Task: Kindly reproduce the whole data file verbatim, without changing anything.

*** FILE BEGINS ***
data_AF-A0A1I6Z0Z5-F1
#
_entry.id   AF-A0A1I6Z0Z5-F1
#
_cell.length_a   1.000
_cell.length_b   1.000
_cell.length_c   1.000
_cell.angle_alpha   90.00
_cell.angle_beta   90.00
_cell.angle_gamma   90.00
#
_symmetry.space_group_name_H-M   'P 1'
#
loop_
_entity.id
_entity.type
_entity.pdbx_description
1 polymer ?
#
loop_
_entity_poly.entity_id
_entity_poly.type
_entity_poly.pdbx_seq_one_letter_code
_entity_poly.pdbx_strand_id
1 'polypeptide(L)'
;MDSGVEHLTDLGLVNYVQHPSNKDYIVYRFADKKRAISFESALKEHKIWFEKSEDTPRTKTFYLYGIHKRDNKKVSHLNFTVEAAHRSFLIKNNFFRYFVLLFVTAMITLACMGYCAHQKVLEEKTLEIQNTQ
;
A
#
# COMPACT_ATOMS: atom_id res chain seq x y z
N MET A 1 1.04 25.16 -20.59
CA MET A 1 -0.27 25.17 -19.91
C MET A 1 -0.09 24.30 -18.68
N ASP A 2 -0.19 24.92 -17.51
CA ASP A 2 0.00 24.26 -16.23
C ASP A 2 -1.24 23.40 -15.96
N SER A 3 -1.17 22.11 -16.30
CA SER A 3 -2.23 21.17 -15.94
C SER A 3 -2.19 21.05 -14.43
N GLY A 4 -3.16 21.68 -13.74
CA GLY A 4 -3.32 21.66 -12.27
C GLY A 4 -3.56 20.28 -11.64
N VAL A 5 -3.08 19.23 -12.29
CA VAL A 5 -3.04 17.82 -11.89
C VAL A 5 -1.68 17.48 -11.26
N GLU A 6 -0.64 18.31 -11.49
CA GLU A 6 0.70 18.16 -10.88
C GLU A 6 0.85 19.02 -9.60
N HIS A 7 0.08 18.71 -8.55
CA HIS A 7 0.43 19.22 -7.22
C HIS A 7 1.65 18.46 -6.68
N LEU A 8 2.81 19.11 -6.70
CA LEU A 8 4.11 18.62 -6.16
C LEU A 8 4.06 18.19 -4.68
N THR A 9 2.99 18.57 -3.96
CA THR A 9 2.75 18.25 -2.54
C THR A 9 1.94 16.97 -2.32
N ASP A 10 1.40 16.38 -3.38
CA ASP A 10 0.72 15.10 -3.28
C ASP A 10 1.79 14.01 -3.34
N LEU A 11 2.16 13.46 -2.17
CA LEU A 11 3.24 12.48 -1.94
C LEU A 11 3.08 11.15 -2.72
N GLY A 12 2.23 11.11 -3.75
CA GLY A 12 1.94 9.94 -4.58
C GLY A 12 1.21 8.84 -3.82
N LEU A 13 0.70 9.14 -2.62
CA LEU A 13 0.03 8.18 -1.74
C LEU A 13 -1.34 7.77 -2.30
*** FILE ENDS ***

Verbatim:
data_AF-A0A1I6Z0Z5-F1
#
_entry.id   AF-A0A1I6Z0Z5-F1
#
_cell.length_a   1.000
_cell.length_b   1.000
_cell.length_c   1.000
_cell.angle_alpha   90.00
_cell.angle_beta   90.00
_cell.angle_gamma   90.00
#
_symmetry.space_group_name_H-M   'P 1'
#
loop_
_entity.id
_entity.type
_entity.pdbx_description
1 polymer ?
#
loop_
_entity_poly.entity_id
_entity_poly.type
_entity_poly.pdbx_seq_one_letter_code
_entity_poly.pdbx_strand_id
1 'polypeptide(L)'
;MDSGVEHLTDLGLVNYVQHPSNKDYIVYRFADKKRAISFESALKEHKIWFEKSEDTPRTKTFYLYGIHKRDNKKVSHLNFTVEAAHRSFLIKNNFFRYFVLLFVTAMITLACMGYCAHQKVLEEKTLEIQNTQ
;
A
#
# COMPACT_ATOMS: atom_id res chain seq x y z
N MET A 1 1.04 25.16 -20.59
CA MET A 1 -0.27 25.17 -19.91
C MET A 1 -0.09 24.30 -18.68
N ASP A 2 -0.19 24.92 -17.51
CA ASP A 2 0.00 24.26 -16.23
C ASP A 2 -1.24 23.40 -15.96
N SER A 3 -1.17 22.11 -16.30
CA SER A 3 -2.23 21.17 -15.94
C SER A 3 -2.19 21.05 -14.43
N GLY A 4 -3.16 21.68 -13.74
CA GLY A 4 -3.32 21.66 -12.27
C GLY A 4 -3.56 20.28 -11.64
N VAL A 5 -3.08 19.23 -12.29
CA VAL A 5 -3.04 17.82 -11.89
C VAL A 5 -1.68 17.48 -11.26
N GLU A 6 -0.64 18.31 -11.49
CA GLU A 6 0.70 18.16 -10.88
C GLU A 6 0.85 19.02 -9.60
N HIS A 7 0.08 18.71 -8.55
CA HIS A 7 0.43 19.22 -7.22
C HIS A 7 1.65 18.46 -6.68
N LEU A 8 2.81 19.11 -6.70
CA LEU A 8 4.11 18.62 -6.16
C LEU A 8 4.06 18.19 -4.68
N THR A 9 2.99 18.57 -3.96
CA THR A 9 2.75 18.25 -2.54
C THR A 9 1.94 16.97 -2.32
N ASP A 10 1.40 16.38 -3.38
CA ASP A 10 0.72 15.10 -3.28
C ASP A 10 1.79 14.01 -3.34
N LEU A 11 2.16 13.46 -2.17
CA LEU A 11 3.24 12.48 -1.94
C LEU A 11 3.08 11.15 -2.72
N GLY A 12 2.23 11.11 -3.75
CA GLY A 12 1.94 9.94 -4.58
C GLY A 12 1.21 8.84 -3.82
N LEU A 13 0.70 9.14 -2.62
CA LEU A 13 0.03 8.18 -1.74
C LEU A 13 -1.34 7.77 -2.30